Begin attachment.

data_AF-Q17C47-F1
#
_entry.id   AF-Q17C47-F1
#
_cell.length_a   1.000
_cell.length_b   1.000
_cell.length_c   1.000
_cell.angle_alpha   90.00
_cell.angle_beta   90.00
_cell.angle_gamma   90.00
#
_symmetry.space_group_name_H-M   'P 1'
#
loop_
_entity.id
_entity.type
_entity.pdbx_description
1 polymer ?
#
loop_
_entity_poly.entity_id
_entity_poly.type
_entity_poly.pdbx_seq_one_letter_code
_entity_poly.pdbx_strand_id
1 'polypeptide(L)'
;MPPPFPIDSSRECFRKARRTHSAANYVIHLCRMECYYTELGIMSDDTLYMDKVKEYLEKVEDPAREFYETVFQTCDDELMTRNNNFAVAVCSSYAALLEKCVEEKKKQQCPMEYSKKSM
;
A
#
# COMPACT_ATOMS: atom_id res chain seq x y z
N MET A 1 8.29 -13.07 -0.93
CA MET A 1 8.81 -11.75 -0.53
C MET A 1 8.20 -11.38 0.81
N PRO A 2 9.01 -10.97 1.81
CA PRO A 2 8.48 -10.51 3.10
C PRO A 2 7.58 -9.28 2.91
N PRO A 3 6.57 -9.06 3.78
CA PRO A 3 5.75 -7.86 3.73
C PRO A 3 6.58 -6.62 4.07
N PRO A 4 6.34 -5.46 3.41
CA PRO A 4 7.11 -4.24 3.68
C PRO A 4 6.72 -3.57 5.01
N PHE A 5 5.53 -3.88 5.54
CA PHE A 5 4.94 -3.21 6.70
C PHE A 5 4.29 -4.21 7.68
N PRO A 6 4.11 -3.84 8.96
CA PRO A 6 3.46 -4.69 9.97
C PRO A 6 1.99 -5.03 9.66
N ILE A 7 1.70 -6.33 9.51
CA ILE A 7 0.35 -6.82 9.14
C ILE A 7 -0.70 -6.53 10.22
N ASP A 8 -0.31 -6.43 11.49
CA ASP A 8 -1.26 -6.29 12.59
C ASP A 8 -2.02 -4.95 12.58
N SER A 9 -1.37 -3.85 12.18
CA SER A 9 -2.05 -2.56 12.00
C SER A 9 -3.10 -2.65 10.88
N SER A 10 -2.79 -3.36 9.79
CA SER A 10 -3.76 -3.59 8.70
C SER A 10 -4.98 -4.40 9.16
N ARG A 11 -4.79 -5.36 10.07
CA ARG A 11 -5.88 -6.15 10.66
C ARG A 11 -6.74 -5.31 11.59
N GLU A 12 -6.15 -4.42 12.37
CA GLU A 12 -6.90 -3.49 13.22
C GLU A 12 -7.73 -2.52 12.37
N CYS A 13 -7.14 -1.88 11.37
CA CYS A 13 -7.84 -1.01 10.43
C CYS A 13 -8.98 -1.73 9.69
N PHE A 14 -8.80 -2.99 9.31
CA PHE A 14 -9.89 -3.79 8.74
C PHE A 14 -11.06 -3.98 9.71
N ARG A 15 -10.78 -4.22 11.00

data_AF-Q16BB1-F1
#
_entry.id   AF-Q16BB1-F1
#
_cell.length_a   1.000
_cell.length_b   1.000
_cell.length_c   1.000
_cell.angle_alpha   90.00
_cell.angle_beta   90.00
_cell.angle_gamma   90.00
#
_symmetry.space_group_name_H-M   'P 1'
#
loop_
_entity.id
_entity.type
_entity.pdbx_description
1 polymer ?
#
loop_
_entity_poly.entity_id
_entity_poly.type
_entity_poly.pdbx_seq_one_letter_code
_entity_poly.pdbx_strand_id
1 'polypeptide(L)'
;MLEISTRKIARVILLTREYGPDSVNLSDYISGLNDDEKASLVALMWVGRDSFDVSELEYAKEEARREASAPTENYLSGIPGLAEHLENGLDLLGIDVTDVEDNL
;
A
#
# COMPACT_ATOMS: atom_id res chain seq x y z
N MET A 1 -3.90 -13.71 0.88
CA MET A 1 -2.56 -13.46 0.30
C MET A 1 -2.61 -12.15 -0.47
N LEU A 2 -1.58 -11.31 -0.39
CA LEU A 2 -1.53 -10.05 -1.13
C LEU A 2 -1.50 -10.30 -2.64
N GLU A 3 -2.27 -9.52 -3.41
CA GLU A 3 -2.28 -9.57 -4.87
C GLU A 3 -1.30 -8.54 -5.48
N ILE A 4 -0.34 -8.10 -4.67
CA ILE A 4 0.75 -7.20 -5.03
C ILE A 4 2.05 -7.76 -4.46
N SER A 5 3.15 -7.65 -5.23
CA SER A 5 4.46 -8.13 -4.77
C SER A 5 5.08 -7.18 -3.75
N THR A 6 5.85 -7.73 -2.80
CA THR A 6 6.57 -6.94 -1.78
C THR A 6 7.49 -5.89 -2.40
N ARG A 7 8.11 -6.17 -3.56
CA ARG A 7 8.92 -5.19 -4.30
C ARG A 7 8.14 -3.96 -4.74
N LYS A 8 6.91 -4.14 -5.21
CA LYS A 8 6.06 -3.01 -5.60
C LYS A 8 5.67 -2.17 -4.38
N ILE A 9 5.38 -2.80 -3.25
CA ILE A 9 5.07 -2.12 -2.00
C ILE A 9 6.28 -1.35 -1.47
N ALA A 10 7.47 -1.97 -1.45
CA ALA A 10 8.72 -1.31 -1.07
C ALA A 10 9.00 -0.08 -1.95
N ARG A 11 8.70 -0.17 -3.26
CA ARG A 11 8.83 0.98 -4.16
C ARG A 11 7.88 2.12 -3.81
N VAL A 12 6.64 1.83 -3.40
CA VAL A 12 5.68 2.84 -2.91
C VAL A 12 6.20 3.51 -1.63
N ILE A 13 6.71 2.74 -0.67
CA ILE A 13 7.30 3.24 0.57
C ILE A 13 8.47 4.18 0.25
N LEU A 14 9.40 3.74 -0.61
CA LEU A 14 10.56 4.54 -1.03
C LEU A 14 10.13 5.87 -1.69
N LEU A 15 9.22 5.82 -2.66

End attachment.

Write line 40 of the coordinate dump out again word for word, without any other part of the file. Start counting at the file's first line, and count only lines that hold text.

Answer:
N PRO A 4 6.34 -5.46 3.41